McGeorge alumna honored with Margaret Brent Women Lawyers of Achievement Award
Ruthe Catolico Ashley '88 still clearly remembers the first time she watched The Cosby Show. She was experiencing a self-proclaimed “mid-life crisis” and was at a crossroads in her career as a nurse. She knew it was time to either get a doctorate in nursing or it was time to find a new profession.
"My two children wanted me to watch the show because they said I would 'love' Claire Huxtable," remembered Ashley. "In one of the scenes Claire was in the bedroom talking to Dr. Huxtable about a case she had in court and I was hooked. Here was a woman of color, who looked like she had just walked off the front page of Vogue Magazine, sounded like she had a PhD in child psychology, was smart, a great mother and a lawyer. By the end of the episode, I had decided to go to law school.”
Three years later, on her 41st birthday, Ashley graduated from University of the Pacific's McGeorge School of Law and has since devoted herself to diversifying California’s legal profession. Ashley currently is the executive director emeritus at California LAW in Sacramento, where she is helping create a pipeline of students from high schools, community colleges, undergraduate institutions and law schools into law or law-related careers.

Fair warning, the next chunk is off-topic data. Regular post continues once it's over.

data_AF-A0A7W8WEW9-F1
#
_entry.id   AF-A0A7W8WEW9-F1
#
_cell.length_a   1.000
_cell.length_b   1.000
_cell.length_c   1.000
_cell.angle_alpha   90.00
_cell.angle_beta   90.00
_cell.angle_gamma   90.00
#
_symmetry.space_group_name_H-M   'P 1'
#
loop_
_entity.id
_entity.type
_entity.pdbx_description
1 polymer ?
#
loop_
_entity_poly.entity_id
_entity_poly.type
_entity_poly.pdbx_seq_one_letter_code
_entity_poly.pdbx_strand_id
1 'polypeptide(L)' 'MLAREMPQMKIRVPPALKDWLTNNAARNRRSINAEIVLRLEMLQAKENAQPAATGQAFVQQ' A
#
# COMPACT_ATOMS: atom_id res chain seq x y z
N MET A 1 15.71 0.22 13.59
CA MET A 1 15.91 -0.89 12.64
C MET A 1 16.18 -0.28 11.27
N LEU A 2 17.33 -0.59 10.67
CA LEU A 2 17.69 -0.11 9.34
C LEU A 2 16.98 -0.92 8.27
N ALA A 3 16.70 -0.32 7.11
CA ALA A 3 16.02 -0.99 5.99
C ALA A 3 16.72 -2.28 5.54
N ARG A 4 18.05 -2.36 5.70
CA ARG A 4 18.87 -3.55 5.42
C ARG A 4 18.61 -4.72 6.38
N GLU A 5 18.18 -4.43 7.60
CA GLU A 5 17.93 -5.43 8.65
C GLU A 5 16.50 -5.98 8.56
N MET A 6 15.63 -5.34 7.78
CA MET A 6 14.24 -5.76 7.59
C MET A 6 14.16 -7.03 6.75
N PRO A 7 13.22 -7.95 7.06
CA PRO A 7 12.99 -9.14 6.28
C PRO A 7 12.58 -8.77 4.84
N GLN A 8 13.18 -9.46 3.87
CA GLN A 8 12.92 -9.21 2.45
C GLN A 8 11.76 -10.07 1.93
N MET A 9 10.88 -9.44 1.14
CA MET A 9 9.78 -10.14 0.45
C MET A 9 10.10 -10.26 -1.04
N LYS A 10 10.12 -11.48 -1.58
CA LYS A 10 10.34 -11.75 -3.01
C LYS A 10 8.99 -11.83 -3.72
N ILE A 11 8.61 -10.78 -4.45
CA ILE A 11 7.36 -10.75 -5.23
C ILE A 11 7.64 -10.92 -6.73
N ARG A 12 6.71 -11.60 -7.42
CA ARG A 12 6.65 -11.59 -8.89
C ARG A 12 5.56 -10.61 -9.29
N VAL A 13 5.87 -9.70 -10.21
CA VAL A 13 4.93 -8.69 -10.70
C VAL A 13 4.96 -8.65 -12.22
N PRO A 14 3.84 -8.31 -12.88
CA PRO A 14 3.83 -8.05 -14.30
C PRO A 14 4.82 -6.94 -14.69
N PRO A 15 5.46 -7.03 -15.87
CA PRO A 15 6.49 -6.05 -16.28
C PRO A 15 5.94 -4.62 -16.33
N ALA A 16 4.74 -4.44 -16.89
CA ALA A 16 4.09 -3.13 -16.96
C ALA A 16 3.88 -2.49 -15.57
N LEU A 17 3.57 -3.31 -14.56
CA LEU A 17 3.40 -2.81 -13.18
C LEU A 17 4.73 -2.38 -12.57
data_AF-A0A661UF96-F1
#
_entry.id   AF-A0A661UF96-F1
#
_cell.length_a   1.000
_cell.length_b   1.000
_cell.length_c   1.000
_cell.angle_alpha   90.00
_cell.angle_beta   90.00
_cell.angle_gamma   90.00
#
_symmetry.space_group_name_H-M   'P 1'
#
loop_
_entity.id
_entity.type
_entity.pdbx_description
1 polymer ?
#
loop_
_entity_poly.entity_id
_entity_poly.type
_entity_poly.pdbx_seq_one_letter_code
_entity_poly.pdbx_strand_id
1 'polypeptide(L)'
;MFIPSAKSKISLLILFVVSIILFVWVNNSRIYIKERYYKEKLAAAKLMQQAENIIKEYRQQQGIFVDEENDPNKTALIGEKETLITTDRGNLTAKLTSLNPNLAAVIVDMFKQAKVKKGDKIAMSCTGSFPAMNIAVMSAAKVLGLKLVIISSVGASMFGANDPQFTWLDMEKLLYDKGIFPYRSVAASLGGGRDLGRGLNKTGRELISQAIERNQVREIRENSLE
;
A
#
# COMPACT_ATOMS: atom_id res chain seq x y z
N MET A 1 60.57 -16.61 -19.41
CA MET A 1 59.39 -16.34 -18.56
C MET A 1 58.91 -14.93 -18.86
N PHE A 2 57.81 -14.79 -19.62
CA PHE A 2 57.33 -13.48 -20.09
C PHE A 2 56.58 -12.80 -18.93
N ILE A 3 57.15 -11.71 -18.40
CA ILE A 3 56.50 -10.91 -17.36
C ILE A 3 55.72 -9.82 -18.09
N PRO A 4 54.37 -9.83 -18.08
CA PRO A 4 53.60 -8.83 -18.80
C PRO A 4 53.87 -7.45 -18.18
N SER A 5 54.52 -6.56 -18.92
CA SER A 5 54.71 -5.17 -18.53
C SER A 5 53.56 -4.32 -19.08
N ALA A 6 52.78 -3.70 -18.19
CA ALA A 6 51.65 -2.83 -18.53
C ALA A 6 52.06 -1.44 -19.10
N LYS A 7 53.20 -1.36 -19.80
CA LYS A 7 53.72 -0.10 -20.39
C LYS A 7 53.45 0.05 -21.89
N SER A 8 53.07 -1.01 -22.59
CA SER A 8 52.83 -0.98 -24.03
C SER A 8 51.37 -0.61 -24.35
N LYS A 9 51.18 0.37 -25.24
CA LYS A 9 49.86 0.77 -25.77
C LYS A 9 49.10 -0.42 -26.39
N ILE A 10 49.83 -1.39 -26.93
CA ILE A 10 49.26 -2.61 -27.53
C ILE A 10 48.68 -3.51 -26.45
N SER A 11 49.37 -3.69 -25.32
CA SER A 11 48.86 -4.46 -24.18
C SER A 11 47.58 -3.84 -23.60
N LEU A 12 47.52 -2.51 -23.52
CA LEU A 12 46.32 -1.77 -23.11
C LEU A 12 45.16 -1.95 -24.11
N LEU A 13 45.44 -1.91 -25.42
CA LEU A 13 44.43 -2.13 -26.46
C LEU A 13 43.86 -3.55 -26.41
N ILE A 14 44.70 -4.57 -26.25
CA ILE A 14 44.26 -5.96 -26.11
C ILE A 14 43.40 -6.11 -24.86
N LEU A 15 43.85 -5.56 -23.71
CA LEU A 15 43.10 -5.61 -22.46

"When the legal profession reflects the population that it serves, there is more trust in the justice system, which increases equal access to justice," explained Ashley. "As a nation that lives under the rule of law, the law applies equally yet America still struggles with that concept. The more diverse the profession, the more its citizens can move toward that ideal."
For her work, Ashley was recently honored with the 2020 Margaret Brent Women Lawyers of Achievement Award. The Margaret Brent Women Lawyers of Achievement Award is given annually to celebrate female lawyers for their professional accomplishments and support of other women in the legal profession. The award is given in honor of Margaret Brent, recognized as the first female lawyer in North America, who arrived in the colonies in 1638.
"It was very humbling to be in the company of others who have gone before me and I feel like I’m the beneficiary of the magnificent women lawyers who paved the way for me and so many others," said Ashley. "My mission has been to diversify the legal profession through the educational pipeline and receiving this award sheds more light on this important work."
Growing up as the daughter of Filipino immigrants, Ashley never envisioned becoming a lawyer, let alone receiving the Margaret Brent Award for work that is her passion and mission.
"Before attending McGeorge, I did all the things that women of my age were supposed to do having worked as a secretary, nurse, teacher and interior designer," reflected Ashley. "But, in one generation after my parents came to America, I became an award-winning lawyer and that truly is the American dream."